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      Forest Insect Biosecurity: Processes, Patterns, Predictions, Pitfalls

      1 , 2 , 3 , 4 , 5
      Annual Review of Entomology
      Annual Reviews

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          Abstract

          The economic and environmental threats posed by non-native forest insects are ever increasing with the continuing globalization of trade and travel; thus, the need for mitigation through effective biosecurity is greater than ever. However, despite decades of research and implementation of preborder, border, and postborder preventative measures, insect invasions continue to occur, with no evidence of saturation, and are even predicted to accelerate. In this article, we review biosecurity measures used to mitigate the arrival, establishment, spread, and impacts of non-native forest insects and possible impediments to the successful implementation of these measures. Biosecurity successes are likely under-recognized because they are difficult to detect and quantify, whereas failures are more evident in the continued establishment of additional non-native species. There are limitations in existing biosecurity systems at global and country scales (for example, inspecting all imports is impossible, no phytosanitary measures are perfect, knownunknowns cannot be regulated against, and noncompliance is an ongoing problem). Biosecurity should be a shared responsibility across countries, governments, stakeholders, and individuals.

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          No saturation in the accumulation of alien species worldwide

          Although research on human-mediated exchanges of species has substantially intensified during the last centuries, we know surprisingly little about temporal dynamics of alien species accumulations across regions and taxa. Using a novel database of 45,813 first records of 16,926 established alien species, we show that the annual rate of first records worldwide has increased during the last 200 years, with 37% of all first records reported most recently (1970–2014). Inter-continental and inter-taxonomic variation can be largely attributed to the diaspora of European settlers in the nineteenth century and to the acceleration in trade in the twentieth century. For all taxonomic groups, the increase in numbers of alien species does not show any sign of saturation and most taxa even show increases in the rate of first records over time. This highlights that past efforts to mitigate invasions have not been effective enough to keep up with increasing globalization.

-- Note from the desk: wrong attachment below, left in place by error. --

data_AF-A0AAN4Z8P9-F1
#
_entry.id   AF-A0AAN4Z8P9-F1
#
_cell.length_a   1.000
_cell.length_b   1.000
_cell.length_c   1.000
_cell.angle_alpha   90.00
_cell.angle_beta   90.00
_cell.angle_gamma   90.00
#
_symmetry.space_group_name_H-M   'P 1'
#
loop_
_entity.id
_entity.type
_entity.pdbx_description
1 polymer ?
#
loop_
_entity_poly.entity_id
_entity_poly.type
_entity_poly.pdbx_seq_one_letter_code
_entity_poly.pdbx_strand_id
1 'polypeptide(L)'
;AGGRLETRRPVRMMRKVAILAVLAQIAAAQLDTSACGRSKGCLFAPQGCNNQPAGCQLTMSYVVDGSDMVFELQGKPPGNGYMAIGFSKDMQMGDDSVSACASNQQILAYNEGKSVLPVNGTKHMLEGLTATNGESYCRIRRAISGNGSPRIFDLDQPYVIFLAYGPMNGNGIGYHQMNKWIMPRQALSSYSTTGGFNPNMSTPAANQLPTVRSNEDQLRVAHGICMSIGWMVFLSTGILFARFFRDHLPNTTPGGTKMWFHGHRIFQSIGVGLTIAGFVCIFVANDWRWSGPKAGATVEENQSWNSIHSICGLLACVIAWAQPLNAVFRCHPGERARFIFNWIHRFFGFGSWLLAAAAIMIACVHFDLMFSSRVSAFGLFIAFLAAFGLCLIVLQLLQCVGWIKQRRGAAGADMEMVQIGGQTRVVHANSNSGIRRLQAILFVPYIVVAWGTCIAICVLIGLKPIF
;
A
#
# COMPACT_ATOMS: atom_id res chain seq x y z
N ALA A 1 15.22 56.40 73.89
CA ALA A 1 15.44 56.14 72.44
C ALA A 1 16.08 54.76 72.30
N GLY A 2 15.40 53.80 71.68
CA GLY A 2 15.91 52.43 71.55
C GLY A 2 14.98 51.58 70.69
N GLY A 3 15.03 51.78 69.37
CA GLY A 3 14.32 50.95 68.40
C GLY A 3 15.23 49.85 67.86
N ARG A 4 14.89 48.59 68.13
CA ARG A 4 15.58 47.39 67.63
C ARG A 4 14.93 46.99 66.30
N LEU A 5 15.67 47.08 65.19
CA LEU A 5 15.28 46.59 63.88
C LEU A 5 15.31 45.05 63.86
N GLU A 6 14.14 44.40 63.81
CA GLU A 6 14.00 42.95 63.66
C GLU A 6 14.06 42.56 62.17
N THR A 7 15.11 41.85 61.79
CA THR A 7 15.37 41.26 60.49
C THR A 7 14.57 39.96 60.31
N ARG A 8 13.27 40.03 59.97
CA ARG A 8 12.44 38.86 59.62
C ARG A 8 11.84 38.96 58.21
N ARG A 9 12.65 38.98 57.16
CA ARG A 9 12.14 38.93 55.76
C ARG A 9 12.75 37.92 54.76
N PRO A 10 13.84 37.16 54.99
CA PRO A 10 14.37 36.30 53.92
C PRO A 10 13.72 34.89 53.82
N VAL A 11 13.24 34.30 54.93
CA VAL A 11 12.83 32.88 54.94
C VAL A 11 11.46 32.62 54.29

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            Trade, transport and trouble: managing invasive species pathways in an era of globalization

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              High and rising economic costs of biological invasions worldwide

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                Author and article information

                Journal
                Annual Review of Entomology
                Annu. Rev. Entomol.
                Annual Reviews
                0066-4170
                1545-4487
                January 23 2023
                January 23 2023
                : 68
                : 1
                : 211-229
                Affiliations
                [1 ]Forest Research Institute, University of the Sunshine Coast, Sippy Downs, Queensland, Australia;
                [2 ]US Forest Service Northern Research Station, Morgantown, West Virginia, USA;
                [3 ]Faculty of Forestry and Wood Sciences, Czech University of Life Sciences Prague, Czech Republic
                [4 ]Forest Health and Biotic Interactions, Swiss Federal Research Institute WSL, Birmensdorf, Switzerland;
                [5 ]Department of Agronomy, Food, Natural Resources, Animals and the Environment, University of Padova, Italy;
                Article
                10.1146/annurev-ento-120220-010854
                36198403
                ab4d6cdf-b081-4d17-a6fc-e38e58a2b320
                © 2023

                http://creativecommons.org/licenses/by/4.0/

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